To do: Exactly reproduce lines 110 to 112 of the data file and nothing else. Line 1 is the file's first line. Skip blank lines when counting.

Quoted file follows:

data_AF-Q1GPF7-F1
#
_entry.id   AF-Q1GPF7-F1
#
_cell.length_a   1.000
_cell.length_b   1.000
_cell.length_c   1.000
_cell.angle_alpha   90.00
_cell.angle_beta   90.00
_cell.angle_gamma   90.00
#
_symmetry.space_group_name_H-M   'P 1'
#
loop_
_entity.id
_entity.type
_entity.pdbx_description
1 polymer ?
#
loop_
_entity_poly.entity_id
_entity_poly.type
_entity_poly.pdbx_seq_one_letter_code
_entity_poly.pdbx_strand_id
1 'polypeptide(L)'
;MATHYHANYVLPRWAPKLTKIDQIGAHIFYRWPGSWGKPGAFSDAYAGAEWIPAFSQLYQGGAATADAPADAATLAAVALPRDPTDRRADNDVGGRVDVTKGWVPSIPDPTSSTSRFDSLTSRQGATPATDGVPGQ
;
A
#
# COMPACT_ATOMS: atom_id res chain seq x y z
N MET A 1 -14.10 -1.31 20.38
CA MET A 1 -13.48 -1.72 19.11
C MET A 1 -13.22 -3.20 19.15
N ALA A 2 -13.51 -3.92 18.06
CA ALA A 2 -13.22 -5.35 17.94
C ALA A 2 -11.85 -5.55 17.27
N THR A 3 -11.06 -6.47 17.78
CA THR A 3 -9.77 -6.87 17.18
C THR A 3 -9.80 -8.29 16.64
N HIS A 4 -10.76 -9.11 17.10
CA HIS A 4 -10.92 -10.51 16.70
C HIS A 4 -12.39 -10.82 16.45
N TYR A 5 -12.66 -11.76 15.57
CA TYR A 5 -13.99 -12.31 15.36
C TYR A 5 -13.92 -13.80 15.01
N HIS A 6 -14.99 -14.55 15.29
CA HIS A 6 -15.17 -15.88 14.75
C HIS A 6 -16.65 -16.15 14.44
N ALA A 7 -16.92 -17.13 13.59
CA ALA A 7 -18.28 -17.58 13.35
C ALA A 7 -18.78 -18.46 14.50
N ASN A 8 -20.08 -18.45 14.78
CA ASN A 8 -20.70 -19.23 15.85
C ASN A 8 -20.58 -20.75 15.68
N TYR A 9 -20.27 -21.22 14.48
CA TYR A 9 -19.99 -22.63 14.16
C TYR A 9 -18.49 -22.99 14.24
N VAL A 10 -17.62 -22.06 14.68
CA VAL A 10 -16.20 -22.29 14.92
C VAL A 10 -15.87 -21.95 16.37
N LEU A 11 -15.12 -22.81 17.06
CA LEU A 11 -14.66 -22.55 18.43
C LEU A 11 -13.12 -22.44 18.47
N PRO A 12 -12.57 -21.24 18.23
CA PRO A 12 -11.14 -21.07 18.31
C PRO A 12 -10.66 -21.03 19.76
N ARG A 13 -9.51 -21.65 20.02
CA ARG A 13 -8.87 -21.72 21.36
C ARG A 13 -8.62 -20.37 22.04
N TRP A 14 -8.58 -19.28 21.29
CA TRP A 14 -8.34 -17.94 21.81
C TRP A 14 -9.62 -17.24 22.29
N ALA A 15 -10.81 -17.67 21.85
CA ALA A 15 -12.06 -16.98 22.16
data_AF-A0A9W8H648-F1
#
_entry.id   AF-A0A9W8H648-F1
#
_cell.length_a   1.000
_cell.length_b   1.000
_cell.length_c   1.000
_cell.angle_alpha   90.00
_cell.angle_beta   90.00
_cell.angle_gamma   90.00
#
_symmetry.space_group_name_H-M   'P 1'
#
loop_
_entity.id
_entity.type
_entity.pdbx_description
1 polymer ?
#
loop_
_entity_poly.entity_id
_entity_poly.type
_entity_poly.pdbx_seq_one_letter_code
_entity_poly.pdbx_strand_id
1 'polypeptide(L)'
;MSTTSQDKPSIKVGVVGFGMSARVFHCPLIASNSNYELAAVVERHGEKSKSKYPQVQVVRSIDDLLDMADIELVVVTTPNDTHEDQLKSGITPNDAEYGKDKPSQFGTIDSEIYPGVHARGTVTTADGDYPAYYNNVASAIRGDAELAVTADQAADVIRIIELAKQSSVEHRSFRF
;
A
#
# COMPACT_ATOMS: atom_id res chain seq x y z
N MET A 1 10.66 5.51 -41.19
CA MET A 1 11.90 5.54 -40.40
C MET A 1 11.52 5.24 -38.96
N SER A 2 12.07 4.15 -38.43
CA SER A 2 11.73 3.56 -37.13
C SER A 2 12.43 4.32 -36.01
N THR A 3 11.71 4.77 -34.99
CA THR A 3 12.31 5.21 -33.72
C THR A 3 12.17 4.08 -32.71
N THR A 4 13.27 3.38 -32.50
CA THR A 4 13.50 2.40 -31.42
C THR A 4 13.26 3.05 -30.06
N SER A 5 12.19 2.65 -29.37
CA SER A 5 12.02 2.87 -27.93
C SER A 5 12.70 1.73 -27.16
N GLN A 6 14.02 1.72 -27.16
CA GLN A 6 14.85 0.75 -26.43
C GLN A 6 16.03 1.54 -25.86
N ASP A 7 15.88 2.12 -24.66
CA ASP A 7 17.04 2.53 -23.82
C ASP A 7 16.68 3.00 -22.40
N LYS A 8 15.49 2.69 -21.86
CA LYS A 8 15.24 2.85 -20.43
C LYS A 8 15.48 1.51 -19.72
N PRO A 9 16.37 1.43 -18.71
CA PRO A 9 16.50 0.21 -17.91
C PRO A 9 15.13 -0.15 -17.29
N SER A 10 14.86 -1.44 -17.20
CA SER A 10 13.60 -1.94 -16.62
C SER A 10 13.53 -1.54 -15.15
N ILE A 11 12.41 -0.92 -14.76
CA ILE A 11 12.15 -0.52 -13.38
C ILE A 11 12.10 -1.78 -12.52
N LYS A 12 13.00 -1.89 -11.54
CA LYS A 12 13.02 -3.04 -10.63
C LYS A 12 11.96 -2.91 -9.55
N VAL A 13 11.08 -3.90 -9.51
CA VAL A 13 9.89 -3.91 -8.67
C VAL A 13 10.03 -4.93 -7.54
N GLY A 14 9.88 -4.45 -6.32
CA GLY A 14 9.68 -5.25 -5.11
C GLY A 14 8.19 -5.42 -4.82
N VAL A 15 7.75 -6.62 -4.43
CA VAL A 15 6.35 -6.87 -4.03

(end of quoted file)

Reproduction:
C SER A 2 12.43 4.32 -36.01
N THR A 3 11.71 4.77 -34.99
CA THR A 3 12.31 5.21 -33.72